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Dave Van Ronk

Dave Van Ronk can be described as an irreverent and incomparable guitar artist and interpreter of black blues and folk, with an uncannily precise ability at impersonation. He is perhaps underestimated as a musician and blues guitarist. His guitar work, for which he credits Tom Paley as fingerpicking teacher, is noteworthy for both syncopation and precision. It shows similarities to Mississippi John Hurt's, but Van Ronk's main influence was the Reverend Gary Davis, who conceived the guitar as "a piano around his neck." Van Ronk took this pianistic approach and added a harmonic sophistication adapted from the band voicings of Jelly Roll Morton and Duke Ellington. He ranks high in bringing blues style to Greenwich Village during the 1960s. He was one of the very few hardcore traditional revivalists to move with the times, bringing old blues and ballads together with the new sounds of Dylan, Mitchell and Leonard Cohen. In his autobiography Bob Dylan states, "I'd heard Van Ronk back in the Midwest on records and thought he was pretty great, copied some of his recordings phrase for phrase - Van Ronk could howl and whisper, turn blues into ballads and ballads into blues. I loved his style. He was what the city was all about. In Greenwich Village, Van Ronk was king of the street, he reigned supreme."
 
Tablature is available as a PDF file for each lesson. Lessons are filmed with multiple cameras and consist of a performance, explanation, and conclude with a slow tempo split screen that follows the tab/music.

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Dave Van Ronk Single Song Downloads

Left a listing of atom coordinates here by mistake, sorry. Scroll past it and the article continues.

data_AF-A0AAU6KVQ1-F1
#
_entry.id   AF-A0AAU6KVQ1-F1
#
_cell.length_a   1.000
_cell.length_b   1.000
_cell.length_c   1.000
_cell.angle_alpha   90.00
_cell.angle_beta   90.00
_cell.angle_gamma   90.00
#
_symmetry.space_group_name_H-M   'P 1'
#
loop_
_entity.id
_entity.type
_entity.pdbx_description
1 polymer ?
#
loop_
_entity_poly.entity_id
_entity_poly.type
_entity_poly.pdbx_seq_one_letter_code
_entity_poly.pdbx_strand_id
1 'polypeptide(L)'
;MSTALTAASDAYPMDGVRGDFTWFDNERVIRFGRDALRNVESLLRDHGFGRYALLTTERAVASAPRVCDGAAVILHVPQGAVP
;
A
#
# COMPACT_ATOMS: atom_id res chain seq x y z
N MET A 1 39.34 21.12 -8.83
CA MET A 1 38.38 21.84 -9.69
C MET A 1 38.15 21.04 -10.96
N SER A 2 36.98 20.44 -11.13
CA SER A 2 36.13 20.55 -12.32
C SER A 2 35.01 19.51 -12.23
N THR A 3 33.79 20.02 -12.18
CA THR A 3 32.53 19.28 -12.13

Cocaine Blues
Level: 2
Tuning: Standard

Rev. Gary Davis was a huge influence of Dave Van Ronk. Cocaine Blues was one of Rev. Davis's best-known arrangements. It is what Rev. Davis would call "old fashion picking." He had heard it played in 1905 by an itinerant musician named Porter Irving. The arrangement is played in the key of C and uses simple first position chords. The bass figure is not your usual C chord, fifth to fourth to sixth to fourth alternation. Rev. Davis alternates between the sixth and fourth string, never playing the C root note on the fifth string. This gives a special flavor to the arrangement. Add to this the hammer-ons and pull-offs and that Dave plays this using a reverse alternating bass (fourth to sixth strings) and you have a challenging arrangement to master. "Cocaine Blues" competed with "Green, Green Rocky Road" for being Dave's signature tune.

 


Down South Blues
Level: 2
Tuning: Standard

This is a version of Scrapper Blackkwell's 1927 recording. It is played in the key of A using first position chords. Dave uses a monotonic bass throughout his playing. He teaches two variations and both are good examples of how he played blues in A. In this tune his playing depends on full chords being played. In later years Dave made this his standard set-opener. 

 


Green Green Rocky Road
Level: 2
Tuning: Dropped D